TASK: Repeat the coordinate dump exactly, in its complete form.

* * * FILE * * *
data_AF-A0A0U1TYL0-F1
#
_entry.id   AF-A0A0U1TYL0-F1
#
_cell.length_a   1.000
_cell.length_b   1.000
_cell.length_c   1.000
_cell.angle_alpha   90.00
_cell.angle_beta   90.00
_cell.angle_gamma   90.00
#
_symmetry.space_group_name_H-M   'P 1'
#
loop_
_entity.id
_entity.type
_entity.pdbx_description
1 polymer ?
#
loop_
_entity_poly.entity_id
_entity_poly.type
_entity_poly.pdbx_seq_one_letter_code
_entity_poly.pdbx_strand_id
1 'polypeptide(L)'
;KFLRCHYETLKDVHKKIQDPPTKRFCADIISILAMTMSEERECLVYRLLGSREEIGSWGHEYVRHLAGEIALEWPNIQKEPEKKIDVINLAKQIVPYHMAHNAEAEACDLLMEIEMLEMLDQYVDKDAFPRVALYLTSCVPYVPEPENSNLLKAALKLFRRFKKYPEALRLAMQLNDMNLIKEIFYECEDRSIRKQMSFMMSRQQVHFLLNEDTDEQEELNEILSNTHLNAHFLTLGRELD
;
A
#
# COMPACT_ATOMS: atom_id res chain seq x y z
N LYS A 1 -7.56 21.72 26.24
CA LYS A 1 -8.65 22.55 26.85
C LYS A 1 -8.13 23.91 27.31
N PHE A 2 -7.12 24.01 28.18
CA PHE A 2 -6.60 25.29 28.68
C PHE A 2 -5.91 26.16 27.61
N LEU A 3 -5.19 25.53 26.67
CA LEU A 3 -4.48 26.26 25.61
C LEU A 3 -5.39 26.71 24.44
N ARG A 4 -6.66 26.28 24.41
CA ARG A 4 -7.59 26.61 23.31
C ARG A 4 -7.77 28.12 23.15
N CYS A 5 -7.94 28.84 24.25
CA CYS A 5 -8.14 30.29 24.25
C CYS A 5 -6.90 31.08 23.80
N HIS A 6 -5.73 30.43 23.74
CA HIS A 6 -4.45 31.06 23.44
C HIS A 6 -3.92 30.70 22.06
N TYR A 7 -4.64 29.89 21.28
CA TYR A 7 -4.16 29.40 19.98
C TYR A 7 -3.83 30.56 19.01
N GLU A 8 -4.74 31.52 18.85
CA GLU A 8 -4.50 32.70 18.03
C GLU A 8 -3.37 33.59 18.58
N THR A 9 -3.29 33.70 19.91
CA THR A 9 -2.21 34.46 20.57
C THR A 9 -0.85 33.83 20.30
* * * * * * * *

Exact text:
data_AF-A0A0U1TYL0-F1
#
_entry.id   AF-A0A0U1TYL0-F1
#
_cell.length_a   1.000
_cell.length_b   1.000
_cell.length_c   1.000
_cell.angle_alpha   90.00
_cell.angle_beta   90.00
_cell.angle_gamma   90.00
#
_symmetry.space_group_name_H-M   'P 1'
#
loop_
_entity.id
_entity.type
_entity.pdbx_description
1 polymer ?
#
loop_
_entity_poly.entity_id
_entity_poly.type
_entity_poly.pdbx_seq_one_letter_code
_entity_poly.pdbx_strand_id
1 'polypeptide(L)'
;KFLRCHYETLKDVHKKIQDPPTKRFCADIISILAMTMSEERECLVYRLLGSREEIGSWGHEYVRHLAGEIALEWPNIQKEPEKKIDVINLAKQIVPYHMAHNAEAEACDLLMEIEMLEMLDQYVDKDAFPRVALYLTSCVPYVPEPENSNLLKAALKLFRRFKKYPEALRLAMQLNDMNLIKEIFYECEDRSIRKQMSFMMSRQQVHFLLNEDTDEQEELNEILSNTHLNAHFLTLGRELD
;
A
#
# COMPACT_ATOMS: atom_id res chain seq x y z
N LYS A 1 -7.56 21.72 26.24
CA LYS A 1 -8.65 22.55 26.85
C LYS A 1 -8.13 23.91 27.31
N PHE A 2 -7.12 24.01 28.18
CA PHE A 2 -6.60 25.29 28.68
C PHE A 2 -5.91 26.16 27.61
N LEU A 3 -5.19 25.53 26.67
CA LEU A 3 -4.48 26.26 25.61
C LEU A 3 -5.39 26.71 24.44
N ARG A 4 -6.66 26.28 24.41
CA ARG A 4 -7.59 26.61 23.31
C ARG A 4 -7.77 28.12 23.15
N CYS A 5 -7.94 28.84 24.25
CA CYS A 5 -8.14 30.29 24.25
C CYS A 5 -6.90 31.08 23.80
N HIS A 6 -5.73 30.43 23.74
CA HIS A 6 -4.45 31.06 23.44
C HIS A 6 -3.92 30.70 22.06
N TYR A 7 -4.64 29.89 21.28
CA TYR A 7 -4.16 29.40 19.98
C TYR A 7 -3.83 30.56 19.01
N GLU A 8 -4.74 31.52 18.85
CA GLU A 8 -4.50 32.70 18.03
C GLU A 8 -3.37 33.59 18.58
N THR A 9 -3.29 33.70 19.91
CA THR A 9 -2.21 34.46 20.57
C THR A 9 -0.85 33.83 20.30